Posted by: Omar C. Garcia | March 31, 2014

Three Men and a Dog | 4

Thru-Hiking the Lone Star Hiking Trail

The Lone Star Hiking Trail is indeed a Texas treasure — a heaven for hikers. Over the seven days on the trail we hiked through some of the most absolutely beautiful scenery I have ever seen. Tall pines accented by blooming dogwood trees. Splashes of color swaying on fragile green stems reaching upward from the pine-needle carpeted trail. Every step of the way held interesting sights. And there is no way to describe the sounds made by the wind plucking notes on the trees like a master virtuoso.

Trees
One misconception about the trail is that it is all on level ground. Not so. The trail meanders up and down and through miles of the Sam Houston National Forest. In places, the trail follows winding bayous for miles, often bisected by these natural waterways. Footbridges make it easier to cross boggy sections or deep ravines. We also encountered mud along the way, that kind of mud that tries to suck the shoes off your feet. And, there are so many places where the trail gently slopes upwards for long distances, making the placement of each step a deliberate and sometimes painful exercise.

Omar and Bill Cemetary Road
Doing a thru-hike does require a few miles of hiking along Farm to Market and Forest Service roads. This is where we encountered so many dogs along the way. Every house along these country roads, it seems, had their fair share of dogs that sensed our approach and barked smack in an effort to scare us away. There are some beautiful properties along these routes as well as old cemeteries and fields littered with the debris of old farm equipment. At one place, an old helicopter and a Central American looking rock carving stood at the entrance to someone’s property. The Lone Star Hiking Trail is indeed an interesting trek.

Resting Along FM 946
Hiking the trail means factoring in times of rest along the way. These rest times were opportunities to sit silently in the woods, allowing us to look up at the sky through the tall pines. We also took advantage of these quiet moments to do a little foot care, to down some extra nutrition, and to study our maps. Every segment of the trail presented its respective challenge — an incline, crossing a ravine, dense and low-hanging overgrowth, mud, pounding pavement between trailheads, finding a water source or campsite. Each challenge made our trek all the more adventurous.

Crossing River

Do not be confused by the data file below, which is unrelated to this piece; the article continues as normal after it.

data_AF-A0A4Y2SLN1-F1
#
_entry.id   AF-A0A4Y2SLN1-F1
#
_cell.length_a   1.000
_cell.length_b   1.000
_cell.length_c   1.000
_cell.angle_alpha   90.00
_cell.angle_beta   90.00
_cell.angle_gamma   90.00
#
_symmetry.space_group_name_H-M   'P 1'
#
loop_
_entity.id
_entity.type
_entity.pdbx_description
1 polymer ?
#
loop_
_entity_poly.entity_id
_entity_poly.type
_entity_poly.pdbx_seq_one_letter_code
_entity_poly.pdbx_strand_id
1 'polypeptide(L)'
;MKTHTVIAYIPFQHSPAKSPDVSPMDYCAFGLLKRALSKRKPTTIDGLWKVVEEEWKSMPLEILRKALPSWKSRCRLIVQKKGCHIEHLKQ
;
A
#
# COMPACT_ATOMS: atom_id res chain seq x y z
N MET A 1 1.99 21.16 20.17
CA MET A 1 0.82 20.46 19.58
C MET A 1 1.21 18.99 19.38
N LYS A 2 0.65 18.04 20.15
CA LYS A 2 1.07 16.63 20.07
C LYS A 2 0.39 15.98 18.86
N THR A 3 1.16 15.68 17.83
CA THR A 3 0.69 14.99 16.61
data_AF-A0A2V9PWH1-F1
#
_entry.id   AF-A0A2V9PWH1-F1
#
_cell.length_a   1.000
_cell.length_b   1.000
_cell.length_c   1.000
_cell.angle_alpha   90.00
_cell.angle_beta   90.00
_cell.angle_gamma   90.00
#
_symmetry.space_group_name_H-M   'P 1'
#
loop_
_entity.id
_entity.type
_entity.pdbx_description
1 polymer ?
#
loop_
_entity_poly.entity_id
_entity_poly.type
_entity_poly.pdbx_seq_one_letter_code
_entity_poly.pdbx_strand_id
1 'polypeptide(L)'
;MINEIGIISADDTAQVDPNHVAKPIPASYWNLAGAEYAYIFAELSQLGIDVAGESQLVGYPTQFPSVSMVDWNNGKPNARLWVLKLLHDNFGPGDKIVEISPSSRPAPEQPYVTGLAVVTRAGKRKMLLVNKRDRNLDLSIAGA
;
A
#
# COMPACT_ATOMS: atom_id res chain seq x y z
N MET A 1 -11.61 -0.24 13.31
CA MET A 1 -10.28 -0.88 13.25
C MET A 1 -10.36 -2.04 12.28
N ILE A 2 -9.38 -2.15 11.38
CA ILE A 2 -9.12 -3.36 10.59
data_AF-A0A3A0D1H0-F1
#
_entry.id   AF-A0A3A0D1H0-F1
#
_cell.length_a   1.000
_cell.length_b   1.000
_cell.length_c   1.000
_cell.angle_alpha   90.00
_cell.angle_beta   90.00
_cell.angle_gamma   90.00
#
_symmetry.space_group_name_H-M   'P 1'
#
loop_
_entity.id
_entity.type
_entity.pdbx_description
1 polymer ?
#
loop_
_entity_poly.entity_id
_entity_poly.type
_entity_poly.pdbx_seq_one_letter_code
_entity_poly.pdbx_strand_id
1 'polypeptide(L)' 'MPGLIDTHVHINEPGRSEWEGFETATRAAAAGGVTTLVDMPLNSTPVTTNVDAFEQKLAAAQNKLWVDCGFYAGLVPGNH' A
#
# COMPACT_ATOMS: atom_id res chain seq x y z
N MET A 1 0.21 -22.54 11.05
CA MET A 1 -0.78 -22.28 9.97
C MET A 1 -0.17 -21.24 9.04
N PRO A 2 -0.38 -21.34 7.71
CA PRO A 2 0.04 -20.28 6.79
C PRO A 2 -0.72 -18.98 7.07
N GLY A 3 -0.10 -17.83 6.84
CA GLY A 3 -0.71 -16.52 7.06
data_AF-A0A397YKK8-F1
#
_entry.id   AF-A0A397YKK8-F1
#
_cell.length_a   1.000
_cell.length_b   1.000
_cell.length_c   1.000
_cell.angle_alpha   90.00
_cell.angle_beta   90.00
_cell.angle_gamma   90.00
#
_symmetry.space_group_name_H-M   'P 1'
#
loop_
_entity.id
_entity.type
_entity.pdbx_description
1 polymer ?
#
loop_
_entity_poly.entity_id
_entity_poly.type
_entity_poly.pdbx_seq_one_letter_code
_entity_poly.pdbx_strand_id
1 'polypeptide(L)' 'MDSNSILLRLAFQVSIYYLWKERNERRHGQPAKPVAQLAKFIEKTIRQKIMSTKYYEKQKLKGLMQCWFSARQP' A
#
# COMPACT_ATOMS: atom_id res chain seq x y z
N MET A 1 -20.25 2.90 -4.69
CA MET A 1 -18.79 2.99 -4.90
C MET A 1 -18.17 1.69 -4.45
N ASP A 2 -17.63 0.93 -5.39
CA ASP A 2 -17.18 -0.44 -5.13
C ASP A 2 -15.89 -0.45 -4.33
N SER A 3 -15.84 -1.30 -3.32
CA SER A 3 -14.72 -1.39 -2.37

For several days, the one nagging thought in the back of my mind was how we would cross the East fork of the San Jacinto River. Not knowing how much water was in the river or whether an old log reported by other hikers was still the best way to cross the river made me anxious to get there. Worst case scenario would mean backtracking and taking a long detour. Fortunately, we were able to cross the river by walking slowly across the old partially submerged log. We all made it across without incident and saved time by not having to take the long way around.

Omar Climbing
I often had to remind myself to focus only on the mile I was hiking. I knew that if I could make it through that mile then I could make it through the next one as well. I also found myself taking advantage of the opportunity to pray about lots of concerns. I prayed for miles and miles every day, sometimes weeping, lost in communion with God. These are the moments that added a great deal of value and significance to my long walk through the woods. This adventure was about a lot more than backpacking and camping. It was about finding rest and refreshment in God in the midst of His amazing creation. I am thankful for the experience and find myself thinking about it often throughout the day.


Responses

  1. What a great experience. Thanks for sharing the stories.

    • Thanks, James, for following our adventure.

  2. Love the stories from the trail! Something I would love to do someday…

    • Thanks, Jason. I hope you can hike the LSHT someday. You will absolutely love the adventure. I hope to complete the loop portions of the LSHT someday soon.

  3. This has been a really helpful posting. My wife, dog and I are planning a trip there in April, so thanks for sharing your experience.

    • Enjoy your hike. The Lone Star Hiking Trail is absolutely beautiful.


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